La Vie en Rose
France: French with subtitles
Directed by Olivier Dahan, starring Marion Cotillard
Listening to her recordings, you could easily mistake Edith Piaf for a product of Paris’s gilded elite: her voice trills with noble pride and grande école articulation. But in the biopic La Vie en Rose, French director Olivier Dahan reveals the troubled back-story to Piaf’s singing career.
The result is a catalogue of cruelties, from Piaf’s upbringing in a brothel, her four years of blindness from keratitis, her teenage years spent singing for sous on the streets of Paris, her relationship with an abusive pimp, the murder of her mentor, morphine addiction, and so on until her own early death at 47 from liver cancer.
Oscar-winner Marion Cotillard steals the show, first as the young, brash, oft-intoxicated Edith Giovanna Gassion (a nightclub owner later gave her the stage name “Piaf,” meaning “sparrow”), then as the volatile diva, and finally as a shrivelled, decrepit 40-something.
Cotillard’s Piaf is the quintessential Paris reveller, spilling her passion around like a too-full glass, loving for love’s sake, and of course, ringing off terrific one-liners. When Piaf insists on returning to the stage after fainting, a doctor warns that she’s playing with her life. Piaf replies, Et alors? Il faut bien jouer avec quelque chose. (“So? You’ve gotta play with something.”)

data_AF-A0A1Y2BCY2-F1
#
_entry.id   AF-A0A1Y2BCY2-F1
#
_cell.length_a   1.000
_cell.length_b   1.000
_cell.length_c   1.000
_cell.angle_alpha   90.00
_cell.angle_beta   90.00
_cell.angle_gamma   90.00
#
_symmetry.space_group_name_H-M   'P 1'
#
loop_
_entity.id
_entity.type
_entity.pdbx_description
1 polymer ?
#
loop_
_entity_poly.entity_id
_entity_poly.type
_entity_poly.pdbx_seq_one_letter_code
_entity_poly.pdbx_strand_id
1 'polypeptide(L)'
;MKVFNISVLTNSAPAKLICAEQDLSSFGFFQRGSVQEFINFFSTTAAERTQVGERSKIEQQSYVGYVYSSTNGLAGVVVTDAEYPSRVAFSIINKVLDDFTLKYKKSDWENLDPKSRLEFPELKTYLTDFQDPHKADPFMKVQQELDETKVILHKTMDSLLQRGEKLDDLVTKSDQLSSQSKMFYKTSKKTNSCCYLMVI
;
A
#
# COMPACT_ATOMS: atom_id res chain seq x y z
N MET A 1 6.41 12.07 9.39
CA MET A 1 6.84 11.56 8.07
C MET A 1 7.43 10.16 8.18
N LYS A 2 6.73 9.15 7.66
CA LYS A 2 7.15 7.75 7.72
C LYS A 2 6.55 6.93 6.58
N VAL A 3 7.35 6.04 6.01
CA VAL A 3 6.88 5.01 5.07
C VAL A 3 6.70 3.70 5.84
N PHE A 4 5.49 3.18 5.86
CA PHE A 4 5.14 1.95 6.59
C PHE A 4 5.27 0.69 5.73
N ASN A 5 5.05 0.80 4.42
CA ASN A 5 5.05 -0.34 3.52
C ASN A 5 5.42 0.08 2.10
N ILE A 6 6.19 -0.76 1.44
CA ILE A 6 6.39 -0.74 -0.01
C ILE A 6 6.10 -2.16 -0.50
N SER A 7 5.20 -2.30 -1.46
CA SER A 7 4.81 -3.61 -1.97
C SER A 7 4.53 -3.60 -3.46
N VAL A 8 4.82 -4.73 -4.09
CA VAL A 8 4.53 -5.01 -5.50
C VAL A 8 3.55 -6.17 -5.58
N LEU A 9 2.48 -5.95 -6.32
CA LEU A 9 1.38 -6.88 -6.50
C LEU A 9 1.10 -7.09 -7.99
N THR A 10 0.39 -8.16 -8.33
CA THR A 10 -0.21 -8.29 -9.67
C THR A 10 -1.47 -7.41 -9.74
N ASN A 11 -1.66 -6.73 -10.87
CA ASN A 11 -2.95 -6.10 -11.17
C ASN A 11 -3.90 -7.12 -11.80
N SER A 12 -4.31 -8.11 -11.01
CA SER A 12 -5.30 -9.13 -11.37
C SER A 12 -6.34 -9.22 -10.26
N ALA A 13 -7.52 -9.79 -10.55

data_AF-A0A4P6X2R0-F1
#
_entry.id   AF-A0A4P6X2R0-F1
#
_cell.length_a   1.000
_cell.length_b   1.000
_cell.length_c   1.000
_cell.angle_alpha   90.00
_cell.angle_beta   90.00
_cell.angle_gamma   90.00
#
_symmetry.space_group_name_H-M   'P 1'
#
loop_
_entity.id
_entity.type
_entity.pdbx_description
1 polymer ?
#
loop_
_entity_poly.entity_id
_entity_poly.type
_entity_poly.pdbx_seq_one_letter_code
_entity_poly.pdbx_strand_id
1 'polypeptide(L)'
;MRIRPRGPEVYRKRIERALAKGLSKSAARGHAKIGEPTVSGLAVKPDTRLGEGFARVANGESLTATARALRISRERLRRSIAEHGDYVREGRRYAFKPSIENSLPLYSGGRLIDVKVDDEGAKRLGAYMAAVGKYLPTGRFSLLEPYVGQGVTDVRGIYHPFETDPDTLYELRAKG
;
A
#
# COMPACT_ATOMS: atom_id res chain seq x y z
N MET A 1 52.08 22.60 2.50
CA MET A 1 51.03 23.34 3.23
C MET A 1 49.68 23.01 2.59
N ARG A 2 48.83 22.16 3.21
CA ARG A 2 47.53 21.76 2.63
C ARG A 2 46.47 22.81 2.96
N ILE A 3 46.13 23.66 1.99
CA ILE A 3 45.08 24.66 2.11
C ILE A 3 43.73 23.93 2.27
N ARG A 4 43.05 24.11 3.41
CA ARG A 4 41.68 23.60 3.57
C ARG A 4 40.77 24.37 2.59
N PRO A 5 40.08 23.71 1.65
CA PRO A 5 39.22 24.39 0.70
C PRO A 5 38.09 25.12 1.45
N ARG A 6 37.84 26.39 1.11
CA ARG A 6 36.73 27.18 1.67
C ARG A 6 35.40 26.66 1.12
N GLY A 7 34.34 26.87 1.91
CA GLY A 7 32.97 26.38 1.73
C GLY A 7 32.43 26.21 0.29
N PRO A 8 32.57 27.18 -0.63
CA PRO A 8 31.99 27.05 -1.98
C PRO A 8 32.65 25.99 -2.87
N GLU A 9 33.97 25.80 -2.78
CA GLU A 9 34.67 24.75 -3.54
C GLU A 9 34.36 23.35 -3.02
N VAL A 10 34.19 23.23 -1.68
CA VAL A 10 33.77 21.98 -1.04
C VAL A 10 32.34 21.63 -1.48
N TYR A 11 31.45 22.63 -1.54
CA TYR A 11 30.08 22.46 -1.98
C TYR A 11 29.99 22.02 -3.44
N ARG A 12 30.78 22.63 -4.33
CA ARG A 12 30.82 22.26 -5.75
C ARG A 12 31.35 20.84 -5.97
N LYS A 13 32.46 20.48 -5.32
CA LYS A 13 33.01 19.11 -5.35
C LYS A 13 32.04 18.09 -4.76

A longish film at two hours and 20 minutes, La Vie en Rose risks harping on two notes — calamity, song, calamity, song — but is sustained by original camera work, meticulous period sets and masterful audio. A former music video director, Dahan brings Piaf’s performances to life by drawing on new voice talent (Jil Aigrot sings some of the score) as well as re-edited versions of original recordings — both lip-synched impeccably by Cotillard.
Yet, in the film’s most powerful moment, director Dahan mutes Piaf’s singing altogether, emphasizing the real person behind the legendary voice.
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